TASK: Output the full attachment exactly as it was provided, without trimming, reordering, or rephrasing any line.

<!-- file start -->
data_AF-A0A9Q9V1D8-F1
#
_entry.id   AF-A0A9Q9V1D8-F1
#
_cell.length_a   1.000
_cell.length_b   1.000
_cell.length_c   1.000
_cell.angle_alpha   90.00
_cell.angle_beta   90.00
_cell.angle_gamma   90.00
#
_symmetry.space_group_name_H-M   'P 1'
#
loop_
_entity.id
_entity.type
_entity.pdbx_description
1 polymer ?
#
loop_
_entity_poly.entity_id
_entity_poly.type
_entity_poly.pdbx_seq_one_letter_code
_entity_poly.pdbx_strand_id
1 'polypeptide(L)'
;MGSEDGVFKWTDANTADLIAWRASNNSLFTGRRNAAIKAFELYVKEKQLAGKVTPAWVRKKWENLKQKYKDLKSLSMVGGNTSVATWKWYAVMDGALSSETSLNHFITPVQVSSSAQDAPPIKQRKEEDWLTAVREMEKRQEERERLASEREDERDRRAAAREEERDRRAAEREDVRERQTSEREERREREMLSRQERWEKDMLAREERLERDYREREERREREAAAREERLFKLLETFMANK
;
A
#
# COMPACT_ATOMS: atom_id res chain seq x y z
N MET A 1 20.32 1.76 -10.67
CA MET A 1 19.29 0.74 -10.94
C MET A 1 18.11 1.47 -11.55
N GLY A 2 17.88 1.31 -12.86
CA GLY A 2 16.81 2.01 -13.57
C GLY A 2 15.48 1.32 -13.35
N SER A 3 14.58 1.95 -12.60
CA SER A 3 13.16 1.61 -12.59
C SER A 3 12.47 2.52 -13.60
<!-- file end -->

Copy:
data_AF-A0A9Q9V1D8-F1
#
_entry.id   AF-A0A9Q9V1D8-F1
#
_cell.length_a   1.000
_cell.length_b   1.000
_cell.length_c   1.000
_cell.angle_alpha   90.00
_cell.angle_beta   90.00
_cell.angle_gamma   90.00
#
_symmetry.space_group_name_H-M   'P 1'
#
loop_
_entity.id
_entity.type
_entity.pdbx_description
1 polymer ?
#
loop_
_entity_poly.entity_id
_entity_poly.type
_entity_poly.pdbx_seq_one_letter_code
_entity_poly.pdbx_strand_id
1 'polypeptide(L)'
;MGSEDGVFKWTDANTADLIAWRASNNSLFTGRRNAAIKAFELYVKEKQLAGKVTPAWVRKKWENLKQKYKDLKSLSMVGGNTSVATWKWYAVMDGALSSETSLNHFITPVQVSSSAQDAPPIKQRKEEDWLTAVREMEKRQEERERLASEREDERDRRAAAREEERDRRAAEREDVRERQTSEREERREREMLSRQERWEKDMLAREERLERDYREREERREREAAAREERLFKLLETFMANK
;
A
#
# COMPACT_ATOMS: atom_id res chain seq x y z
N MET A 1 20.32 1.76 -10.67
CA MET A 1 19.29 0.74 -10.94
C MET A 1 18.11 1.47 -11.55
N GLY A 2 17.88 1.31 -12.86
CA GLY A 2 16.81 2.01 -13.57
C GLY A 2 15.48 1.32 -13.35
N SER A 3 14.58 1.95 -12.60
CA SER A 3 13.16 1.61 -12.59
C SER A 3 12.47 2.52 -13.60